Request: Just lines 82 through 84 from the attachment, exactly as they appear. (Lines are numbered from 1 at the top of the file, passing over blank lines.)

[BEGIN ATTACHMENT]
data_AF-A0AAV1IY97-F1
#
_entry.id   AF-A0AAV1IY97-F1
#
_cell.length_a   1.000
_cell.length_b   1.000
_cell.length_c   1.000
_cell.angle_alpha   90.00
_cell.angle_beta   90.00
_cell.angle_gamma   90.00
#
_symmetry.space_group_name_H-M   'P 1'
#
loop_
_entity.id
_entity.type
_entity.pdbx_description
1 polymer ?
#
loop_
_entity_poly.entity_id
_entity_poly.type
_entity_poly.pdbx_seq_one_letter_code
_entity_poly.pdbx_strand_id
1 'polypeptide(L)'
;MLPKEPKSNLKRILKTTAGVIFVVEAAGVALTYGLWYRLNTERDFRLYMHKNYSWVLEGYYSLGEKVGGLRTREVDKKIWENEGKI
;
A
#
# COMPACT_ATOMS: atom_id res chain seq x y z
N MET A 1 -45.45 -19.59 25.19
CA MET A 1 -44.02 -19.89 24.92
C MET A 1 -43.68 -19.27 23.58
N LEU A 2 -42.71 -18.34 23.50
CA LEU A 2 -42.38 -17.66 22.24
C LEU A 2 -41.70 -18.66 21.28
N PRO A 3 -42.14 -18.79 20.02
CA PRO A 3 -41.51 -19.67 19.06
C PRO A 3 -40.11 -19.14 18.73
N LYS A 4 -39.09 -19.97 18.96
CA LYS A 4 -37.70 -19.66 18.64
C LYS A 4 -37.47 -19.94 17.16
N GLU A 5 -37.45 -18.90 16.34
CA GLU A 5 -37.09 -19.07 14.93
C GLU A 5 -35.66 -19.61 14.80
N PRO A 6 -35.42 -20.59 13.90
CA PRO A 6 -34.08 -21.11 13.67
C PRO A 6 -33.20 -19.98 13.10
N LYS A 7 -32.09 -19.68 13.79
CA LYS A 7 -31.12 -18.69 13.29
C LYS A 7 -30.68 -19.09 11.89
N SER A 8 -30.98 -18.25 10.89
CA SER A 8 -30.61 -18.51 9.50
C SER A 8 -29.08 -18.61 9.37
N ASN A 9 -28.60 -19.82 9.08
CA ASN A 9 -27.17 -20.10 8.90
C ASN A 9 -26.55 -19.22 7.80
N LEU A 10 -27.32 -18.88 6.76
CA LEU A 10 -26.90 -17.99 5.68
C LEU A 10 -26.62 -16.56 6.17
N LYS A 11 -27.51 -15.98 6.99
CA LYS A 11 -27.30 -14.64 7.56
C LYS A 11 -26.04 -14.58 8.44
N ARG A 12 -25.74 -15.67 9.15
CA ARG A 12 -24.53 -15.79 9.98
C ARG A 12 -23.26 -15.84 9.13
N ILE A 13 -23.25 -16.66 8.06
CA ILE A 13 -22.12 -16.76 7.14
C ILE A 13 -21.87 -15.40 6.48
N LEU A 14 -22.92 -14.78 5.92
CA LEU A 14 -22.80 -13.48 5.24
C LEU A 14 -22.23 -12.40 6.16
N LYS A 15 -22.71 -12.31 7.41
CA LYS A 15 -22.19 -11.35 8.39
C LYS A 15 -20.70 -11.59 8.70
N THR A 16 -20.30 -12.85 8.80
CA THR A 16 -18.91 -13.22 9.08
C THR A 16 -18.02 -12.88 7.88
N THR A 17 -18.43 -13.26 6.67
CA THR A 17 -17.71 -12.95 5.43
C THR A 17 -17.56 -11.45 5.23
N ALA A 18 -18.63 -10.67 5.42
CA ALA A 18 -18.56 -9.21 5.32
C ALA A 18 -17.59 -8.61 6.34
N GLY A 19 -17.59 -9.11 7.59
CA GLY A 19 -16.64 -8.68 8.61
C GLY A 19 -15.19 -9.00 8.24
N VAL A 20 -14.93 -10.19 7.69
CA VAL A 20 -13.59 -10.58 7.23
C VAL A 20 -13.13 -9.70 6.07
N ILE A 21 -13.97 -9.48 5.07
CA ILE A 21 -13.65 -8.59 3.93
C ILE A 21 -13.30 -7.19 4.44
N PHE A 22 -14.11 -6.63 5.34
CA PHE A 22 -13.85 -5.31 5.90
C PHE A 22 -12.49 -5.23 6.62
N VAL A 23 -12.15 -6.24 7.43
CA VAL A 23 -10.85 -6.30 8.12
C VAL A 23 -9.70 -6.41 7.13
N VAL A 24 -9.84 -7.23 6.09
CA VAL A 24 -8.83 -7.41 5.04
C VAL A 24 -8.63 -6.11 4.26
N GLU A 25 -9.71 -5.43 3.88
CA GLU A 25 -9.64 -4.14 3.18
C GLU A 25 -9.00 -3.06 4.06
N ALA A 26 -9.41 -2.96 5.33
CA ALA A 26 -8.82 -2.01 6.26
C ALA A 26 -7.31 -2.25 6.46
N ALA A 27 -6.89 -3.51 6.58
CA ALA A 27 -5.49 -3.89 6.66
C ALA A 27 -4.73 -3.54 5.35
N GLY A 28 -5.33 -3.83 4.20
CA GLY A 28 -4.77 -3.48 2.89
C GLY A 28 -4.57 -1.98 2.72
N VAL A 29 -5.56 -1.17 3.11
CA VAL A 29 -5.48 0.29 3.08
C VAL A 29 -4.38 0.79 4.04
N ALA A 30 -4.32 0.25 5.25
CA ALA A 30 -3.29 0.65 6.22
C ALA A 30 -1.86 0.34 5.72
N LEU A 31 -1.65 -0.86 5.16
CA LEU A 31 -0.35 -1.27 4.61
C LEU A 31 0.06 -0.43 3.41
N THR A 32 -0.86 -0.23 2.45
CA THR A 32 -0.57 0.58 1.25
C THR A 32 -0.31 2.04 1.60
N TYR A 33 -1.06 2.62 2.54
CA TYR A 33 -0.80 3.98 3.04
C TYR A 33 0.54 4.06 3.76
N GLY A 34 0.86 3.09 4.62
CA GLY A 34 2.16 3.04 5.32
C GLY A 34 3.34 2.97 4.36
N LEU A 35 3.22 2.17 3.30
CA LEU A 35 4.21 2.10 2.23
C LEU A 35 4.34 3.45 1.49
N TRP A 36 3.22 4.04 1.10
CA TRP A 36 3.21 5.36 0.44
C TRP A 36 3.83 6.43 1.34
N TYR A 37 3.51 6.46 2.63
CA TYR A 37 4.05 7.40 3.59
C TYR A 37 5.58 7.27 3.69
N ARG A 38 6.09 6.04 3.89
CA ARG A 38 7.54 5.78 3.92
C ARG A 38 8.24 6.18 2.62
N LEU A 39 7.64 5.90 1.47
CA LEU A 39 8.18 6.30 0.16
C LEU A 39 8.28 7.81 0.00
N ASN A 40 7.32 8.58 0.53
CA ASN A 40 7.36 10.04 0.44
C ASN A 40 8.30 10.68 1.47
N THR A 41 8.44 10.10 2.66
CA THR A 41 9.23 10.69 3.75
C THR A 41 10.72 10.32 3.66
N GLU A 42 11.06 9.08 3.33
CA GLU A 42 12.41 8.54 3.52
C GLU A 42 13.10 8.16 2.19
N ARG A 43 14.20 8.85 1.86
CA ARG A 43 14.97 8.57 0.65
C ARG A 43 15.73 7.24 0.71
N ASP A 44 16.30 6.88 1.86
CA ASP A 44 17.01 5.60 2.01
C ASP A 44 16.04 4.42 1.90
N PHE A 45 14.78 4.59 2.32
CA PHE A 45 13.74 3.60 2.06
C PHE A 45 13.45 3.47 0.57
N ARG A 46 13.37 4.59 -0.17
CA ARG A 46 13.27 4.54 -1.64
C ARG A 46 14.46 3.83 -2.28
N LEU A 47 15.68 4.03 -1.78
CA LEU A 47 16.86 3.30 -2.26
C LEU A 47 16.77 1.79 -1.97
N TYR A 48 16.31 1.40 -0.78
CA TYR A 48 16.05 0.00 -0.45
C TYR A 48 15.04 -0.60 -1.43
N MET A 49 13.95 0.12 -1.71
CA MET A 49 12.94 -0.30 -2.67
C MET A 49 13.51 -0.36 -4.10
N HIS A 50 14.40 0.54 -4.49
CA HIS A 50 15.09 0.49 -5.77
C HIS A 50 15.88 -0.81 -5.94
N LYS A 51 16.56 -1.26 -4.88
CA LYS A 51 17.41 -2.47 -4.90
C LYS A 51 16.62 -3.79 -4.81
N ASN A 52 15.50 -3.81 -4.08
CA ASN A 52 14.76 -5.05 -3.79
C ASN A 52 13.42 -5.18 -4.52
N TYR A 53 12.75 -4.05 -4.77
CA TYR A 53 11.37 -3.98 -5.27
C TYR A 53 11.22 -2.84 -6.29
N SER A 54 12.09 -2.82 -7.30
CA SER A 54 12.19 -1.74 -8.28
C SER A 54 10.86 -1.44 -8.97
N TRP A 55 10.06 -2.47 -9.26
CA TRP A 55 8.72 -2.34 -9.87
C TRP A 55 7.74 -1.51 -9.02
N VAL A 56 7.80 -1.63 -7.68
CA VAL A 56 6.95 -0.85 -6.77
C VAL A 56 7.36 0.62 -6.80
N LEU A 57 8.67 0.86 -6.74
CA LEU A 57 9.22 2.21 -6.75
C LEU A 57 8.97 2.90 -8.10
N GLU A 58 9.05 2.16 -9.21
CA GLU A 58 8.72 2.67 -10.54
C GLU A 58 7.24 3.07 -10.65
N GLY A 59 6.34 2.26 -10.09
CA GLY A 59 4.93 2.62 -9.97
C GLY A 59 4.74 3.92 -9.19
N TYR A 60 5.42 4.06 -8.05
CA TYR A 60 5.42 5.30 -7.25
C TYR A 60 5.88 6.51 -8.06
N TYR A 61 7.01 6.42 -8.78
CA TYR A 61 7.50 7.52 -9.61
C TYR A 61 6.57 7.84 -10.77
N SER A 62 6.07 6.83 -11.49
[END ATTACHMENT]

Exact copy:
N ALA A 18 -18.63 -10.67 5.42
CA ALA A 18 -18.56 -9.21 5.32
C ALA A 18 -17.59 -8.61 6.34